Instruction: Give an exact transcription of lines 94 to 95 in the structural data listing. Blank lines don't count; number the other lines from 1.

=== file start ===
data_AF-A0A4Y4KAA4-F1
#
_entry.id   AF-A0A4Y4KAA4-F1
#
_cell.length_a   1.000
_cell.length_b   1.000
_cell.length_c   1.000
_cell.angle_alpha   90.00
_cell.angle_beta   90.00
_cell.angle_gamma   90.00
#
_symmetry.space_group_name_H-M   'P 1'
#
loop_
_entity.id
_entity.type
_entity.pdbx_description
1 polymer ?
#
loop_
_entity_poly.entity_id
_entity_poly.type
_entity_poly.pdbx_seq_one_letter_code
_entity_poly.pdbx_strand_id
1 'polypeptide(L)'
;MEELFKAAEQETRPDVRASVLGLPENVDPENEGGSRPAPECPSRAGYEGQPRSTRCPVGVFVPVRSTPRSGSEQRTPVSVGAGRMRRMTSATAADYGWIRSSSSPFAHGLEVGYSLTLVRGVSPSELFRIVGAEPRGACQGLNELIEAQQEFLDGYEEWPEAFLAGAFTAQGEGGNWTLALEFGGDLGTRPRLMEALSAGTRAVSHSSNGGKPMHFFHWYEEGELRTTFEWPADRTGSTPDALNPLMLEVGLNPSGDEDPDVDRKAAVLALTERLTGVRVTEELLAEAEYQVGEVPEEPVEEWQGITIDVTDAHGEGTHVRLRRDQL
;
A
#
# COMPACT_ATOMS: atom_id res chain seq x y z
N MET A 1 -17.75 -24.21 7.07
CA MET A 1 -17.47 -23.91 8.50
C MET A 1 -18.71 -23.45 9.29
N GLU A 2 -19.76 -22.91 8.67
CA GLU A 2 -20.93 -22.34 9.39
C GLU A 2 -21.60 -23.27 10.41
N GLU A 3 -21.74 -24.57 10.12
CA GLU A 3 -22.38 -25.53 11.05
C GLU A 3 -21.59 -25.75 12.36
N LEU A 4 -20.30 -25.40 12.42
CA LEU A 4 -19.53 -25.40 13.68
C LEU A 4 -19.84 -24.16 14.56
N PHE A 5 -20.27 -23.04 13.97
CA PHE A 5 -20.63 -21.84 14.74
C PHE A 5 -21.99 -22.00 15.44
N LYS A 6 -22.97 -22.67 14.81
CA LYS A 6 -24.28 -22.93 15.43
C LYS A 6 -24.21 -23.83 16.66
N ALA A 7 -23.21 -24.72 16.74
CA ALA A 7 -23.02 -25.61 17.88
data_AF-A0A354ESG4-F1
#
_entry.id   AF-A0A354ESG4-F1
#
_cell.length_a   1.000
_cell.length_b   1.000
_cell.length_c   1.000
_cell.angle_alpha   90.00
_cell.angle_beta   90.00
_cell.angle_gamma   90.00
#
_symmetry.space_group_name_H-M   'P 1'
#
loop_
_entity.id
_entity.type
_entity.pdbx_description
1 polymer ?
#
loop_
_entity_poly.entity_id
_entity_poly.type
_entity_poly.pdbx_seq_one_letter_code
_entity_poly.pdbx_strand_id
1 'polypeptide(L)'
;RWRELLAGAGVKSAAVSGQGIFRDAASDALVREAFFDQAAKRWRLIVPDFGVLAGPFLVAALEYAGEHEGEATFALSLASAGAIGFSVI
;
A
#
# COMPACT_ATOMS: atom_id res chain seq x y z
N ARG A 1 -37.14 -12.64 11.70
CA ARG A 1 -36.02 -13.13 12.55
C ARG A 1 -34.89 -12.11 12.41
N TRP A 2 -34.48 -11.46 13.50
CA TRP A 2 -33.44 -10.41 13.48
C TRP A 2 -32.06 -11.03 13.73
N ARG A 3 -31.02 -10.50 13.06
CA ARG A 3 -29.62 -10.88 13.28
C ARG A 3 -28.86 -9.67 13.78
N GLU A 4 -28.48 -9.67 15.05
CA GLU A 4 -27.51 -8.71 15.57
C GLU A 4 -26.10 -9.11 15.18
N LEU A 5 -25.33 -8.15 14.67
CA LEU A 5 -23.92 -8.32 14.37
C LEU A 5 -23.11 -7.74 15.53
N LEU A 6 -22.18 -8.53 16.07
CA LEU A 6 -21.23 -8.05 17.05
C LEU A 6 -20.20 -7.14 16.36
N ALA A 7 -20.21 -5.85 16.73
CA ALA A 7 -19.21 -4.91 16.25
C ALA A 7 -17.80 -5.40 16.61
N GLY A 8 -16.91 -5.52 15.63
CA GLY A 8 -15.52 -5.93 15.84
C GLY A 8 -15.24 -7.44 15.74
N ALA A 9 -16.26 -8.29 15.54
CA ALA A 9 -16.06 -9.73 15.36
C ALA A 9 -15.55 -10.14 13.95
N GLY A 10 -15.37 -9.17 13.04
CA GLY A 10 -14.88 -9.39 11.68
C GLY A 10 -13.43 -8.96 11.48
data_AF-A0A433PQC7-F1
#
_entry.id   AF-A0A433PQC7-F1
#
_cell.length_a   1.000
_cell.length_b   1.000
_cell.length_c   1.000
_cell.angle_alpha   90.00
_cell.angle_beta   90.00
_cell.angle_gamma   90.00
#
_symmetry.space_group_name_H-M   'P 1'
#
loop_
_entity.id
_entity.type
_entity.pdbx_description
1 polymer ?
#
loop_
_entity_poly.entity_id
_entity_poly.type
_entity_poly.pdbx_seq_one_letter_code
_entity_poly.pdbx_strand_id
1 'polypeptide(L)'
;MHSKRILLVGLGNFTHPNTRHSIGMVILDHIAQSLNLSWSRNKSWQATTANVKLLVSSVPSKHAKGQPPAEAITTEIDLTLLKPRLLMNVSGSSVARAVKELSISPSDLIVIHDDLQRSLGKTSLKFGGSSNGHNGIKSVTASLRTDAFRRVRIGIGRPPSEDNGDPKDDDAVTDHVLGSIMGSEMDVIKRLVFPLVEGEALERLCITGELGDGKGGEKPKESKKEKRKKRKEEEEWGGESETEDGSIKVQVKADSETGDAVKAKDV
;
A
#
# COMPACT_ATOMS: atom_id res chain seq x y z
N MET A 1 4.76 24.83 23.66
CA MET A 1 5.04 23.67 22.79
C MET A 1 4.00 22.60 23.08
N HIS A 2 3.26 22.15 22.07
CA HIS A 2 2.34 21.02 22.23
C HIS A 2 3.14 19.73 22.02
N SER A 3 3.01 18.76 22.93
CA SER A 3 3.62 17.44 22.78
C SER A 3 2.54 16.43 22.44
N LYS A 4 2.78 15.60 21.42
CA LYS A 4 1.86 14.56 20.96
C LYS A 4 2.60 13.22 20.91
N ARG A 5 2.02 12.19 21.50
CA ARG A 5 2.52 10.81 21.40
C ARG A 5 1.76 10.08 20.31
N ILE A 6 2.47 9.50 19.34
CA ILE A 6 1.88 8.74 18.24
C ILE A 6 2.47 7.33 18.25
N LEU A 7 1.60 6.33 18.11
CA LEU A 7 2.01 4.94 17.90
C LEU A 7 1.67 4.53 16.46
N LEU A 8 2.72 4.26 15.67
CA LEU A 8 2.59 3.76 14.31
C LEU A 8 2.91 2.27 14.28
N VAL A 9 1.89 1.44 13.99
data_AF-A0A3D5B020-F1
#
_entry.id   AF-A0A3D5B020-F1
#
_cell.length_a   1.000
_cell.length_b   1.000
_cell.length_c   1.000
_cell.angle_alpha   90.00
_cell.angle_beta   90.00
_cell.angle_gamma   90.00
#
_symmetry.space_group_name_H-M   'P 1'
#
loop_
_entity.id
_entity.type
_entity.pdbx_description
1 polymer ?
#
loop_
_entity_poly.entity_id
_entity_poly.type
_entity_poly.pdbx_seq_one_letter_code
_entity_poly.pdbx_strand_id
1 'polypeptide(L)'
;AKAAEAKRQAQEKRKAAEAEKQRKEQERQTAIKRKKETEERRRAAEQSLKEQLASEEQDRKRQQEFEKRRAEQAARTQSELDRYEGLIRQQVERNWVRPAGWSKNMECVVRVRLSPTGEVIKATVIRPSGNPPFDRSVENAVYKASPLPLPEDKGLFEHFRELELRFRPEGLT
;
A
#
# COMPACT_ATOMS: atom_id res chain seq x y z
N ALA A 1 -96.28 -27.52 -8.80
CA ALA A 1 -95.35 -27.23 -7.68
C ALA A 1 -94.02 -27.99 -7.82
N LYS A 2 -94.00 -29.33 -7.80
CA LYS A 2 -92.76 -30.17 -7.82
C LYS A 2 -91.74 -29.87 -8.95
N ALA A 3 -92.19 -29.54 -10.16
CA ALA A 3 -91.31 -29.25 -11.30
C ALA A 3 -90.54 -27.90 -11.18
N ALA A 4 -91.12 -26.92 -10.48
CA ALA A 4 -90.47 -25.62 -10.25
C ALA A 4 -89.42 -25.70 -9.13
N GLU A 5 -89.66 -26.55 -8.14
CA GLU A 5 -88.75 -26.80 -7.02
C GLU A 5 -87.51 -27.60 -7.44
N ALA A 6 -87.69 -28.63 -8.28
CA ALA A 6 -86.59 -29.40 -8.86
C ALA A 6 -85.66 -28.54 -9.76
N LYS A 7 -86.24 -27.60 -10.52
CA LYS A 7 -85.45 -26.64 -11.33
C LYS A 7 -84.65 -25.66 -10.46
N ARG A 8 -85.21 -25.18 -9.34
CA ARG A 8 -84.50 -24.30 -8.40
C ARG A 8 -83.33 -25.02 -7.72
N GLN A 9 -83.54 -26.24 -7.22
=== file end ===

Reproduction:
CA LEU A 5 -23.92 -8.32 14.37
C LEU A 5 -23.11 -7.74 15.53